There's also a night vision mode, NVG, for a different take on the same maps, and by its nature it makes things a bit more tense. It pretty much plays the same as the other game types, but you don't aim down sights in night vision--you have a laser, and that laser is easy to spot. You have to be extra cautious when lining up your shots, paying close attention to sightlines and who might see where your beam is coming from. Like in the campaign, the threatening glow of these beams cutting through the darkness looks excellent, and the slight change of pace NVG affords is enough to keep it interesting and distinct from the daytime modes.

Spec Ops

On paper, Spec Ops is a co-op mode where you and a team complete a set of objectives and are rewarded with some story. You can choose one of several roles at the onset, each with its own ultimate ability--there's a medic, for instance, that can revive fallen teammates--and as a group, you have to work together to overcome enemies while gaining intel, heading to specific objective points, and so on.

In practice, my team of four could barely complete a handful of the objectives on both of the missions we attempted during the review event, and it only got marginally better as I continued to play for the review. This is largely due to frustrating enemy spawning--enemies seem to generate endlessly from all directions, and it's all too easy to get overwhelmed by them. To add insult to injury, there are also no clear waves. It's just enemies, from everywhere, at all times. After struggling to fight them off, reviving each other was we each inevitably died, we would end up running out of ammo and dying for good.

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Experimentation in Spec Ops isn't rewarded, either. Trying different strategies--stealth, dividing and conquering, new loadouts--doesn't really change how many enemies swarm you, so brute force ends up being the best way to actually complete a mission. Even when you do succeed, you don't feel like you got better--you feel like you got lucky. Cooperating with teammates largely comes down to asking for revives or reviving someone else in turn, rather than actually coordinating to improve your chances of victory.

The PS4-exclusive Survival mode fares better. It plays more like Zombies, with kills converted into dollars that you can use to buy upgrades, and it has traditional waves rather than a barrage of enemies. There's a 30-second reprieve between each wave, during which you can upgrade your weapons, refill ammo, or otherwise just steel yourself for the next wave. Mini-boss-like enemies appear during specific waves, too, so if you die at wave 5 in one game, you can go into the next more prepared for wave 5, armed with knowledge and a more powerful gun.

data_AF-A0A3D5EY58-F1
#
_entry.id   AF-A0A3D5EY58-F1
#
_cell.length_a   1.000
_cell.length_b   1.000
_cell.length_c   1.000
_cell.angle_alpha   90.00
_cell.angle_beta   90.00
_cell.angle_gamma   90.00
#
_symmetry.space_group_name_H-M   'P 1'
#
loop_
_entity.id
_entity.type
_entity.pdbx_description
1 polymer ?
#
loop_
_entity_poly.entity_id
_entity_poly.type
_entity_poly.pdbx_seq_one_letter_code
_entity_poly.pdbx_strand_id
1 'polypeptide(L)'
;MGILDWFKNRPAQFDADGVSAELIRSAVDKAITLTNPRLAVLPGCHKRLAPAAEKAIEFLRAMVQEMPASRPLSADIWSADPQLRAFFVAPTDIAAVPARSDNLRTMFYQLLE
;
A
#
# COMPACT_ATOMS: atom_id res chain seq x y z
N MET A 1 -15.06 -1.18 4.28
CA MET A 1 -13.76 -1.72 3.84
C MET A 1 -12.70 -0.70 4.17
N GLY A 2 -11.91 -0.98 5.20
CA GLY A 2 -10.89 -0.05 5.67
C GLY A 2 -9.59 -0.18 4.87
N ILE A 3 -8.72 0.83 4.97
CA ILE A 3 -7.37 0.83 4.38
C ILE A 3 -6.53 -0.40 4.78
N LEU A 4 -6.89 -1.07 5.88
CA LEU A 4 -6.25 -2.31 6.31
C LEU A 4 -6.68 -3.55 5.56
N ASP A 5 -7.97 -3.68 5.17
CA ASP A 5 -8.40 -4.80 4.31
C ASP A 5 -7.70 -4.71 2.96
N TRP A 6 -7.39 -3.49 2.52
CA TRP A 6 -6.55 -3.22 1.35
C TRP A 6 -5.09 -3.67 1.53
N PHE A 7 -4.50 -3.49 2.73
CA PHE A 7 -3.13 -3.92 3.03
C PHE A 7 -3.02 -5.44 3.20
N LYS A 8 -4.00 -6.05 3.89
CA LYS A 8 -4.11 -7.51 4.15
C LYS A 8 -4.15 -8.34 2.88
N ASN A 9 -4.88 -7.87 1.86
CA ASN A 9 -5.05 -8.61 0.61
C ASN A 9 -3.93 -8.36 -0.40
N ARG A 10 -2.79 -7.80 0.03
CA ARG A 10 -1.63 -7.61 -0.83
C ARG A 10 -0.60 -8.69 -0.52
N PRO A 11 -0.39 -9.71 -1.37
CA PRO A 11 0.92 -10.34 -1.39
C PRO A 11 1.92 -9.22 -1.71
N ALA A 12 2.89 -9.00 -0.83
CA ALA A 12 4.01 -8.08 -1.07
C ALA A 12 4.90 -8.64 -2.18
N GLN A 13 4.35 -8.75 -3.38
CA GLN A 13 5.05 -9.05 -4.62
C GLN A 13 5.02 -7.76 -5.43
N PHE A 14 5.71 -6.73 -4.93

The pitfalls of Spec Ops don't detract from what Modern Warfare does well, though. Realism mode is an excellent addition to the slate, and although not all the new multiplayer modes are great, Gunfight and the Night Vision playlist are refreshing standouts. And while the campaign ends up playing it safe in the end, it's still a memorable one, and it lays a strong foundation for where the Modern Warfare series could go from here.

Back To Top
The Good
Campaign missions vary from large-scale gunfights to incredibly contained, careful operations, with Captain Price's being especially memorable
Each of the main characters is likable and draws you further into the missions and story
Realism mode is an excellent balance between Core and Hardcore, challenging your skill level but with a slightly higher time to kill
Gunfight and NVG are refreshing additions to the multiplayer slate
The Bad
The story raises difficult questions but fails to interrogate them further in favor of playing it safe in the end
Playing as Farah mostly involves reliving her trauma
The inclusion of white phosphorus in multiplayer goes against everything the campaign stands for
Spec Ops is nonsensically difficult and doesn't reward trying new strategies
7
Good
About GameSpot's Reviews

About the Author

Kallie played Modern Warfare at a review event hosted by Activision. She completed the campaign on Normal difficulty in around five hours, spending around eight trying all the multiplayer game types and another two in Spec Ops. She then played for another 10 hours on live servers for the final review. Code was provided by Activision.
312 Comments  RefreshSorted By 
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Avatar image for sploitz85
sploitz85

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Why is this person writing reviews when she clearly had some weird political prerogative? Diversity hire?

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DEVILTAZ35

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Playing as Farah relives her trauma as a negative? Why a negative when it is a story arc. It's also well done for the most part. I was surprised they put as much effort in as they did.